I think the cliché is probably born of three sets of circumstance: that of the socially concerned photographer, that of the homeless person, and the bitter fact that homelessness is a problem that is ongoing and needs ever renewed address. The photographer’s desire to deal with the issues of poverty in his/her vicinity coupled with the accessibility of people who have nowhere else to go and who therefore continually offer their image, seems to make it quite likely that ‘the homeless’ will become a subject for the concerned photographer. Throw in the draw of some loose change being handed over in return for a snap and the potential for the image to be made is even greater. It is the economic imbalance, the fact that one person has private space and can protect his/her visibility and that the other has very limited access to private space and protection of his/her visibility, that worries me and makes me think that deeper problems might sometimes underlie the small social event of photographer photographing homeless person.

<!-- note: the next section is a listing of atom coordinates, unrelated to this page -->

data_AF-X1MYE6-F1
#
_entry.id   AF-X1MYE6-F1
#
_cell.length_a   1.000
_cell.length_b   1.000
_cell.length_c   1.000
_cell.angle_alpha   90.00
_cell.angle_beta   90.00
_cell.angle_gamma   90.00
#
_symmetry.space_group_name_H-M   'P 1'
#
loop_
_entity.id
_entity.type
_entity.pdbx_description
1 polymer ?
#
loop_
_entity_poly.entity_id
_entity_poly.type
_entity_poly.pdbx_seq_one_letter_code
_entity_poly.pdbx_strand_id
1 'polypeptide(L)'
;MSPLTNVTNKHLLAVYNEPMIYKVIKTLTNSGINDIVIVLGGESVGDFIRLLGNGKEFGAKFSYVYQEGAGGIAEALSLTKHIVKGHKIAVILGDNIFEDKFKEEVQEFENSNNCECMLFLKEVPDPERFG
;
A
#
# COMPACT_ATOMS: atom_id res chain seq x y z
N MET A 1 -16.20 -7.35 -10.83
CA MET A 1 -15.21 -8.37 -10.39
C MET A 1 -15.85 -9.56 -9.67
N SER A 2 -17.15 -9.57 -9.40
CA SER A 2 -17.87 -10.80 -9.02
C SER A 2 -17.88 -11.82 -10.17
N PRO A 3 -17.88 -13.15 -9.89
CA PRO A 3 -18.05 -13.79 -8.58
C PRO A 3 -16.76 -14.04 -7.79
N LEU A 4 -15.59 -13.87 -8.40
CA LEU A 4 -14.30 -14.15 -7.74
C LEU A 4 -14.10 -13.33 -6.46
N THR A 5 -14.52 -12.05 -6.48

The other thing that made me uncomfortable was that these photos made feel useless. I did not understand why I was being asked to consume them as objects on a gallery wall. Were these art objects or a campaign? Both? Or maybe, evidence of a past campaign that now takes on the form of art? Or perhaps, evidence of McCullin himself, of his actions within the world, of his type of photography? The narrative these pictures propose are troubling to me – am I learning about McCullin (who afterall, is the subject of the exhibition), am I learning about these homeless people (who may be long dead, or totally altered from the image on the wall), am I learning about homelessness in general? In any case, what can I hope to achieve as witness to their suffering? Suffering which is at least thirty years out of date. It’s a funny bind because the fact that these images figure a past makes me think that this suffering is ancient and unchangeable. This encourages one to turn the images into an art object, a piece of imagery. But that suffering is still there, however old, and to dislocate the art of the image from the suffering of the person shown seems usurious and inhumane. Indeed it comes down to this: Am I witnessing a social problem or am I consuming an image? And how reconcilable are these two cases?